Angus Trim and Christian Fletcher 15th Century Side Sword
A hands-on review by Bill Grandy
Civilian sidearms have taken many shapes and forms over time, and by the Renaissance, the sword was the most common of these weapons. For many, the rapier is the first sword that comes to the modern mind when thinking of Renaissance dueling swords. Before the rapier became common, many used single-hand swords that were not unlike more cut-oriented arms used on the battlefield. These swords often were lighter than their battlefield counterparts, though this is by no means always the case. Often they had complex hilts to give better protection to the hand and can be said to be the evolutionary link between sword and rapier, though they did exist side-by-side. Many modern scholars refer to such a weapon as a spada da lato, or side sword. The term side sword appears to be a modern one, mistakenly coined from fencing manuals that mention the words but likely did not mean them to be a specific weapon. Such a classification, whether period or not, is useful for modern categorization, even though the lines of definition between rapier/side sword and side sword/sword can often times be very blurry.
Many Renaissance fencing masters taught the use of this style of sword, such as the Italian Achille Marozzo, and even the famed Englishman George Silver's comments of his beloved short sword could directly be applied to the side sword. Italian masters are famous for becoming more and more intent on using the thrust, and manuals by men such as Camillo Agrippa show this style of sword in a predominantly thrusting system, showing the change into the preference for the rapier.
Christian Fletcher has carved a name for himself in the sword world as a custom cutler offering hilt upgrades using blades by several other manufacturers. He most commonly builds hilts for blades made by Angus "Gus" Trim, as is the case with the 15th Century side sword reviewed here.
Measurements and Specifications:
Replica created by Angus "Gus" Trim and Christian Fletcher.
This sword is a featherweight in handling, and this is a good thing. It is very light and incredibly fast in both cut and thrust. I spent some time working through side sword plays from Marozzo with the single sword, sword and dagger, as well as the sword and buckler, and this sword feels very natural. As a light sword, maneuverability is easy, as is making sudden changes in direction during cuts. The ricasso is comfortable to wrap the finger around, and the rings would protect the finger from a blade sliding down. There is just enough blade presence to easily get the tip up to speed for very strong and precise cuts. The tip control is excellent so that if one wanted to practice a thrust-dominant style this sword would be very well suited for it.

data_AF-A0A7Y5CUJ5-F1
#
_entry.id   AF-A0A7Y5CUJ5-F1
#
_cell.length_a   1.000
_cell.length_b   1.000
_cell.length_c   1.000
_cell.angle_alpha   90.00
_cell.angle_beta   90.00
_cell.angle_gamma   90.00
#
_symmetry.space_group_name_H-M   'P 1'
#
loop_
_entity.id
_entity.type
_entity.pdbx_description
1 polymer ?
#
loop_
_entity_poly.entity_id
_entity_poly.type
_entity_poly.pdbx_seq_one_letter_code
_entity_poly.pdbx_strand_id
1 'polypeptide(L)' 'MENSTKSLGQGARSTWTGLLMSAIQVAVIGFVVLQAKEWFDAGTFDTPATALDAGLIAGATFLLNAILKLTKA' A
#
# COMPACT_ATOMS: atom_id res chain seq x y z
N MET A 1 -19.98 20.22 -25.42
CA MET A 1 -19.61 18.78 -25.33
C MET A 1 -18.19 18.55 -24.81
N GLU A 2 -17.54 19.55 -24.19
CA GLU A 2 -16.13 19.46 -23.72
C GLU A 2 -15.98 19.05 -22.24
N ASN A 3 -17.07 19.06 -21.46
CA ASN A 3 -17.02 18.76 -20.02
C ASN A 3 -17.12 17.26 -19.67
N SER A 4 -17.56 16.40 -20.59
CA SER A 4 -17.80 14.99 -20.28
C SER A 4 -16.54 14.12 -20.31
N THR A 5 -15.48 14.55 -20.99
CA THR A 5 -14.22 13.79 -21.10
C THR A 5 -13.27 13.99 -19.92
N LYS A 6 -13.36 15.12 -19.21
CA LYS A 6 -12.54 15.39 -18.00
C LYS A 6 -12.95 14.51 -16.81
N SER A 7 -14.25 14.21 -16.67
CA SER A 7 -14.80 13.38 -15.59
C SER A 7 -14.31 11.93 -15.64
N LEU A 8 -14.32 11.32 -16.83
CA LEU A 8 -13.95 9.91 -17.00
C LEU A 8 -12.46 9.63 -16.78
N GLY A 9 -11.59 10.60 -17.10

Fit and Finish
The blade of this sword is the standard satin finish that is typically present on Angus Trim blades. There are some light grind marks visible near the ricasso, and there is evidence of where the edge was shaped by hand, leaving a visible wavy line running parallel to the edges.
The hilt is very tight, and the fittings are well polished. Christian did a very nice job of getting the form of the bars down, although the finger rings are a little large. This is not a big issue, but it is worth mentioning. The simple line engravings at the quillon block are a subtle but attractive touch. This sword has the standard Angus Trim pommel nut securing the assembly, which keeps the sword from being historically accurate. If this is a problem, the buyer should work something out with Christian as he has other assembly options, such as a peened pommel.
The grip is cord-wrapped and covered with blue leather. The seam is nearly invisible. The raised bands at the center and ends are not only attractive but feel good in the hand. I also have a matching leather-over-wood scabbard for this sword from Christian, and the workmanship on it is superb. It is a solid piece of work, but with raised decorative elements to make it very striking. The sword fits snugly into place so that it will not slide out if held upside-down.
This Christian Fletcher/Angus Trim combination is another in a long line of dependable, excellent handling swords with good aesthetic appeal. It is a great example of the agile civilian fighting swords that were common throughout the end of the 15th century into the Renaissance. Christian Fletcher and Angus "Gus" Trim compliment each other's talents very well in producing fine fighting swords that preserve the spirit of duelists who originally fought with such weapons.
About the Author
Bill Grandy is an instructor of Historical European Swordsmanship and sport fencing at the Virginia Academy of Fencing. He has held a strong passion (obsession?) for swords and swordsmanship for as long as he can remember. He admits that this passion comes from a youth spent playing Dungeons and Dragons, but he'll only admit that if there are no girls around.
Photographer: Nathan Robinson